Colorado Representatives Demand Rocky Mountain Airport Adopt Better Noise Control
Joe Neguse, a Democrat representing Colorado’s 2nd District, and Brittany Pettersen, a Democrat representing the 7th District, sent a letter earlier this week to acting FAA Administrator Polly Trottenberg and airport Director Paul Anslow. They asked both entities to pursue an Airport Noise Compatibility Planning agreement to collaboratively address the concerns.
In a media release announcing the letter, Neguse noted his first attempt in 2019 at reducing noise pollution in his district.
“For too long, folks in Boulder and Broomfield County have suffered from excessive undue noise pollution while also worrying about the consequences of leaded fuel on their health and well-being,” Neguse said in a statement. “With these letters, we are taking another step towards finding a solution. Both letters reflect our many conversations with Coloradans and community leaders, and together, we will keep working to address these challenges.”
The airport, owned by Jefferson County, averages 718 aircraft operations each day, according to FAA information posted by airnav.com. The letter said the airport is the fourth-busiest in Colorado, had a takeoff or landing every three minutes in 2019, and its flight operations increased 40% during the last two years.
“As a result, our constituents suffer relentless noise pollution at all hours of the day and night,” the letter said. “During the summer months, pilots begin flying around 5 a.m. and after 10 p.m., flying well outside of the recommended hours of 7 a.m. to 10 p.m.”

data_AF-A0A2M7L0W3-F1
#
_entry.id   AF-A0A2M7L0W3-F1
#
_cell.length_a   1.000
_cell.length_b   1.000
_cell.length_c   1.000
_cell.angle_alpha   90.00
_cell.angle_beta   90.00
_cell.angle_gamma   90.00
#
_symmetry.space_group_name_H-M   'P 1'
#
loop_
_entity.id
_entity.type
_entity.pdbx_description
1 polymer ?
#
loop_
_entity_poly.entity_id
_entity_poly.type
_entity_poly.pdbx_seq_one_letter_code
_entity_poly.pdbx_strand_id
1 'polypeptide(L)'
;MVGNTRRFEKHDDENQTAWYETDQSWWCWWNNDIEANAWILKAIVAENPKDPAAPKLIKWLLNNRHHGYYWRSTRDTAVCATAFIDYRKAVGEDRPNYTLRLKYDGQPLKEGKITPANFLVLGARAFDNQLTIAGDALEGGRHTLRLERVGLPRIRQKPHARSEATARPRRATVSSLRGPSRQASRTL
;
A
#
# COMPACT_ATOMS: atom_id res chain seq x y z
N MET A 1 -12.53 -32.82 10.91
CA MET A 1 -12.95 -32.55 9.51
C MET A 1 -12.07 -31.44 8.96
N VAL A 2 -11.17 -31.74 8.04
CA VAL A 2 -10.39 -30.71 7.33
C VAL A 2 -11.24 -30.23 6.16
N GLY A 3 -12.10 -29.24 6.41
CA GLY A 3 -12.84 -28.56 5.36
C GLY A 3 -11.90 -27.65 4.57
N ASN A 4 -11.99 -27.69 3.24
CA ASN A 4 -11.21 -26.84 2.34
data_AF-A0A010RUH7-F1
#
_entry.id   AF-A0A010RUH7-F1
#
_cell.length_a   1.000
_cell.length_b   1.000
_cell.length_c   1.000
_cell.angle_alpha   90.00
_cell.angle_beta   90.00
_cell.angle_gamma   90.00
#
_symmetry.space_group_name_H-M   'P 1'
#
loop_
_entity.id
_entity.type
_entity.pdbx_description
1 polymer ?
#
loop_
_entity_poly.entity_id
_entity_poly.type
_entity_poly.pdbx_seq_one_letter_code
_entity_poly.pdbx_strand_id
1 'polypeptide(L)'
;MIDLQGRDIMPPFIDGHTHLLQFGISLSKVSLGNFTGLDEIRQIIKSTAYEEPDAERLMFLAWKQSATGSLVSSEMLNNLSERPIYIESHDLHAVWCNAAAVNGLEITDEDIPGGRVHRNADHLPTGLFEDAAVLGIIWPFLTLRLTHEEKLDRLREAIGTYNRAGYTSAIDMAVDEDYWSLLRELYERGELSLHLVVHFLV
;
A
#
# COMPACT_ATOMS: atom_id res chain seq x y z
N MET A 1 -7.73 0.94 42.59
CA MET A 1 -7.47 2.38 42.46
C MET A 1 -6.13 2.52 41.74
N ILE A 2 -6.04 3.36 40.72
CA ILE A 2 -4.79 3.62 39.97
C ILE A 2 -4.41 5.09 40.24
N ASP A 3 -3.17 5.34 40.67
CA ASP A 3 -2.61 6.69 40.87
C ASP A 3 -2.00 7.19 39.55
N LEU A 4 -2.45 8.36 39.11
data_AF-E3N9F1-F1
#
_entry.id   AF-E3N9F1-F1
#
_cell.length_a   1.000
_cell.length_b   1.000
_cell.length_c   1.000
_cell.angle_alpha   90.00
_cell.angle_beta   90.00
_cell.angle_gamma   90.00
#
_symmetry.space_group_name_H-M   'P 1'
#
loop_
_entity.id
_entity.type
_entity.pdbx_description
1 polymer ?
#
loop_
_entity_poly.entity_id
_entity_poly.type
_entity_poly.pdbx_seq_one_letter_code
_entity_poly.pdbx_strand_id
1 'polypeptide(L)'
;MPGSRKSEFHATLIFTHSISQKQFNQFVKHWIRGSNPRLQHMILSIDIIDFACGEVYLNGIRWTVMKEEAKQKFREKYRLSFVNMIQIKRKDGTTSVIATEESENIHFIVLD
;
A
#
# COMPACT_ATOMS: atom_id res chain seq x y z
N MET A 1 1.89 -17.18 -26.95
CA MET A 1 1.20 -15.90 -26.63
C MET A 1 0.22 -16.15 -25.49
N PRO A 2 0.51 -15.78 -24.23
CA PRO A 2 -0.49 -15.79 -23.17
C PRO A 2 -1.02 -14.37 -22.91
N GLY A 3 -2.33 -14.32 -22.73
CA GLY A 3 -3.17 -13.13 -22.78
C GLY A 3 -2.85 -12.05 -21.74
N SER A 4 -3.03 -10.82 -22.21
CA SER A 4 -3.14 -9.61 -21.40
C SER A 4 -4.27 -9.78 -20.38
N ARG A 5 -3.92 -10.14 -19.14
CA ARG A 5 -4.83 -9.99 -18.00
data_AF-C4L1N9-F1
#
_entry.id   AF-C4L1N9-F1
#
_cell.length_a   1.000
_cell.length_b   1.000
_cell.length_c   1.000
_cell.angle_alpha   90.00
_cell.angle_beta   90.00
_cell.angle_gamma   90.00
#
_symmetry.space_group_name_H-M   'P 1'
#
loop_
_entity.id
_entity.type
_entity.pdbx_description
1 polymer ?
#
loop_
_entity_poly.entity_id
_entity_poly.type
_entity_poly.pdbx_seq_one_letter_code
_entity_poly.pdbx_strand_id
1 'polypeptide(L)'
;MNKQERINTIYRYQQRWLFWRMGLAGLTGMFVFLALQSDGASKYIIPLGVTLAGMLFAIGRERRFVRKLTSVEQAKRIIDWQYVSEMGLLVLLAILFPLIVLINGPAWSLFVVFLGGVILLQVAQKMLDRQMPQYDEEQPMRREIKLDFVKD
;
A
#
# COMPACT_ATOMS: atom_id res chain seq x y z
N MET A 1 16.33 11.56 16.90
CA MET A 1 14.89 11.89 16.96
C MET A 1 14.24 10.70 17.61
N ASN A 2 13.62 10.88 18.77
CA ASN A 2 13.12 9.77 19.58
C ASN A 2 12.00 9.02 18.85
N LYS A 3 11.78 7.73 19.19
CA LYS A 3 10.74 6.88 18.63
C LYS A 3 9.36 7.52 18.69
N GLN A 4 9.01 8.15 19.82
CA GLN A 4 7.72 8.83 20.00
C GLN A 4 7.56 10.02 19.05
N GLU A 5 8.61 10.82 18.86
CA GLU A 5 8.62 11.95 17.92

Three general aviation airports in Colorado already follow guidelines, known as a Part 150 agreement, according to the letter. The Part 150 Agreement would allow the airport to enter a voluntary partnership with the FAA to develop plans to mitigate noise while complying with FAA regulations.
The strategy to address noise is published in a frequently asked questions on airport noise on the Jefferson County website.
“We have a proactive noise abatement program that includes maps and guidelines for airport users,” according to the website. “We meet with flight schools and other tenants to continually emphasize the importance of mitigating noise, and it is often a topic during our quarterly brief. The noise abatement program is designed to help the Rocky Mountain Metropolitan Airport users coexist peacefully with the surrounding communities.”